Harold West’s life took a major turn for the worse following the death of his mother and son in the same month.
Falling into what he calls “a spiritual abyss,” West was also jobless and about to be evicted from his apartment. Then he learned about a pilot program that provided public transportation for 150 unemployed and underemployed Harrisburg city residents to jobs at the Amazon warehouse in Carlisle, some 30 miles away. It helped put West on the road to recovery.
Hundreds, if not thousands of people will now go from poverty to self-sufficiency simply because they have the opportunity to hop on a bus to get to work.Reverend Scott Minnich
“If that bus hadn’t been there, I don’t know where I would be right now, to be perfectly honest with you,” he says from the comfort of his recently rented high-rise apartment overlooking the Susquehanna River in downtown Harrisburg. “This program helped put food on my table, it enabled me to dress well, and I was able to get a home because I had a way to get to work and earn a living.”
Launched as a public/private partnership, the pilot was such an overwhelming success that, if approved by the Capital Area Transit (CAT) at its board meeting on April 28, it will be reinstated on May 23.
The new initiative builds on the success of the pilot, expanding from one to six employer stops and picking up passengers at several new locations, including East Pennsboro, Enola and Mechanicsburg in Cumberland County after departing downtown Harrisburg.
Another upgrade is that CAT, the region’s public transportation system, will now run the buses (the pilot used a private company). Officials are revamping the Carlisle Circulator, an in-town bus route, to better accommodate local workers who want to utilize public transportation to get to their jobs.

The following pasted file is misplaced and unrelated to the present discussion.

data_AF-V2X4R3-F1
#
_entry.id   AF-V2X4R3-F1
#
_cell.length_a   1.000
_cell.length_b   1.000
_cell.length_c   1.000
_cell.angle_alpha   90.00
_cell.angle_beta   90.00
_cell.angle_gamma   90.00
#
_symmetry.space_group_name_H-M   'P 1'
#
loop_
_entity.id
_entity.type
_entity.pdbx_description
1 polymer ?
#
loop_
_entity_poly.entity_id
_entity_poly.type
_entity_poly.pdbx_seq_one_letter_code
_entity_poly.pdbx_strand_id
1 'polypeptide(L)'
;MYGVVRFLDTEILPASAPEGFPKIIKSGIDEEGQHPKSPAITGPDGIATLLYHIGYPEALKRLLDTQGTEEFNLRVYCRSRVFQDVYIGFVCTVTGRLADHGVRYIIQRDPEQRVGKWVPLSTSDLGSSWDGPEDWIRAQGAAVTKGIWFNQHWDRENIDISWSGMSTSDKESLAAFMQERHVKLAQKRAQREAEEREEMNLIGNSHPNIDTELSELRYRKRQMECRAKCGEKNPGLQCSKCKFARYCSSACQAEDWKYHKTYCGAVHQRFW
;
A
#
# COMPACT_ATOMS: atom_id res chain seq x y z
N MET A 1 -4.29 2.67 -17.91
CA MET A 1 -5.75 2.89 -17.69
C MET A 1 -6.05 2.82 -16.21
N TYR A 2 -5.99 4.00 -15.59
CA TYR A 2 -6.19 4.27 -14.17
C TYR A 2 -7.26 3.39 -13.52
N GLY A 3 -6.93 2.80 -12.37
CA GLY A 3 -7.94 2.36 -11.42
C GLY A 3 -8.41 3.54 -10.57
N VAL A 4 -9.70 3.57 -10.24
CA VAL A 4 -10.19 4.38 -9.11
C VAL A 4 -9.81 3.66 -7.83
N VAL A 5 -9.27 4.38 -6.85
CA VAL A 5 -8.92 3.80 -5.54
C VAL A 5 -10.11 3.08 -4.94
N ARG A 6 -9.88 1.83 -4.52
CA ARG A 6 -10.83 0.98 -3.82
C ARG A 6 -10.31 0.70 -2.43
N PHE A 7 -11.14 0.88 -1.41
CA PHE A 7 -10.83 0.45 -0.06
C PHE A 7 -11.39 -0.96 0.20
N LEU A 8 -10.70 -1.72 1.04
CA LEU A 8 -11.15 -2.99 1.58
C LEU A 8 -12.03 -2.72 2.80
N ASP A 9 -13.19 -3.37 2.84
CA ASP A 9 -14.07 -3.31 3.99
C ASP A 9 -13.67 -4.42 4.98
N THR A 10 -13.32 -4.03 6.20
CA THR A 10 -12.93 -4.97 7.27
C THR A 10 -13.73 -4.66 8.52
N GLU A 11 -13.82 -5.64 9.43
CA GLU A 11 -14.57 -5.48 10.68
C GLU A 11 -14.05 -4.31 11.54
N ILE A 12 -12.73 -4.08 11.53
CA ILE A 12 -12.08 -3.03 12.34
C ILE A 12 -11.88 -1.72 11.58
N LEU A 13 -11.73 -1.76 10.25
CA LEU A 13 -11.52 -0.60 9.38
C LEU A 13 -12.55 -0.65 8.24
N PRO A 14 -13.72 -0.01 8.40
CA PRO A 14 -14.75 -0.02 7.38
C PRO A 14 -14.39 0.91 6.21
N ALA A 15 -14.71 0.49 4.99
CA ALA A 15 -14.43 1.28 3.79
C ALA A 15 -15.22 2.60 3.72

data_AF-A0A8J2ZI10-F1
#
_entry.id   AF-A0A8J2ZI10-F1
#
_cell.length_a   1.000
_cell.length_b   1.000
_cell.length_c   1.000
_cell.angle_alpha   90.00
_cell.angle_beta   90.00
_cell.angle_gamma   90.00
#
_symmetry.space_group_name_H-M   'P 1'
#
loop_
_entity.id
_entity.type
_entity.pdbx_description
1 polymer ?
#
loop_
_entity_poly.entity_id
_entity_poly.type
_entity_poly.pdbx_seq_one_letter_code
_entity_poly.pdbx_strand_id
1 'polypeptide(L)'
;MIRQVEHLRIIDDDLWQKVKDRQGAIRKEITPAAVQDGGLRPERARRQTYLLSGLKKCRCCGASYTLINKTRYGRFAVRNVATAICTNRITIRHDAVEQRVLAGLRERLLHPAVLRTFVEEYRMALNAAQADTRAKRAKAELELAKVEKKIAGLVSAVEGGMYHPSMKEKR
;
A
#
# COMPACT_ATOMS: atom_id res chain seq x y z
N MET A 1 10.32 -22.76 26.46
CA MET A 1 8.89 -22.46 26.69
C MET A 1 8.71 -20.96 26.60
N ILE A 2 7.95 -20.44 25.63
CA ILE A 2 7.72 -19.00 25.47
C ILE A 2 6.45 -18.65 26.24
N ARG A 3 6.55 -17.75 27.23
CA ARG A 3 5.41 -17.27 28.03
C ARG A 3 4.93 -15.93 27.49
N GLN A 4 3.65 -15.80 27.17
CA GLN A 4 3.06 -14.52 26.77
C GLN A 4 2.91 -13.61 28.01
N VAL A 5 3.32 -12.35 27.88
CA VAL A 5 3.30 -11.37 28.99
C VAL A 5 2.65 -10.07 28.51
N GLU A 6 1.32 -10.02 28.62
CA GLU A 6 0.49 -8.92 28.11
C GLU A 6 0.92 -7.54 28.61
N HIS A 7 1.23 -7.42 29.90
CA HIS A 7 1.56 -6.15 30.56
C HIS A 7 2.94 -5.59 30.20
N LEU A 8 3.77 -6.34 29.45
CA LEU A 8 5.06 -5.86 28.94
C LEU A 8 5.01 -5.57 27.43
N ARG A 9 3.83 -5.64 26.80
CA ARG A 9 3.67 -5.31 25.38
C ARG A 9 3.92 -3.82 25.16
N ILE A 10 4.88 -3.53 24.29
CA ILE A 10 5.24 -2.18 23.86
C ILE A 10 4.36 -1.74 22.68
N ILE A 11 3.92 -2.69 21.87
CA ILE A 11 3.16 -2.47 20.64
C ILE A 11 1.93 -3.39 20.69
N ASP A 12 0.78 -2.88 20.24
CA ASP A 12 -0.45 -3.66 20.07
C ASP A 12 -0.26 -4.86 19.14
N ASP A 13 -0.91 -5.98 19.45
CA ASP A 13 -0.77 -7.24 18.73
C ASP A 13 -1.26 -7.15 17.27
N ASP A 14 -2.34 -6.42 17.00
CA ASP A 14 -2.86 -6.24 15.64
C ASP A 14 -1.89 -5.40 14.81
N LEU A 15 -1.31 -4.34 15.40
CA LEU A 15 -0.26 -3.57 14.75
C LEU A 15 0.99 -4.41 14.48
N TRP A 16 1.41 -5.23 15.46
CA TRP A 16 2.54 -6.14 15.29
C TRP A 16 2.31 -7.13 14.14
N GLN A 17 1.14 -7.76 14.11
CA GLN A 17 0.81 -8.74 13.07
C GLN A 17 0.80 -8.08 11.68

Bill Jones, CAT’s general manager, believes the program has great potential given the research CAT did after the pilot ended in January.
“We conducted an employee survey and used that information to map via GIS where workers live,” he explains. “[This] will allow us to establish bus routes in areas with the greatest impact and enable us to bring the people from where they live to where they work.”
The initiative will be administered within the existing CAT budget, meaning no tax increase to Cumberland and Dauphin County residents.
Better still, the program will actually increase tax revenues by creating new taxpayers and moving individuals off public assistance. Reverend Scott Minnich, Case Manager/Corps Liaison for The Salvation Army, Harrisburg Capital City Region, helped conceive the pilot.
“These new improvements will be a life-changer for many people who can’t get to these good-paying jobs because of a lack of transportation,” he says. “Hundreds, if not thousands of people will now go from poverty to self-sufficiency simply because they have the opportunity to hop on a bus to get to work. This is a great example of government and private entities working together to improve the condition of people’s lives.”
Jonathan Bowser, CEO of the Cumberland Area Economic Development Corporation (CAEDC), sees the program as a big win across many spectrums. (CAEDC is participating in the new initiative on behalf of area employers.)
“There really should be a major employment retention boost through this program in addition to the jobs that it will help fill,” he says.
Employers — both in the Harrisburg region and around the state — often struggle to fill jobs.
“An employer-based approach to public transportation really should be the wave (of the future),” adds Bowser. “It certainly has the potential to be implemented in other areas of the Commonwealth as we ask ourselves, ‘Where do our employees live and how do we ensure that we get them to their work destinations?'”
Minnich agrees with Bowser’s assessment.
“The pilot overwhelmingly demonstrated that people really do want to work, to have jobs and provide for themselves,” he says, “if they have a way to get there.”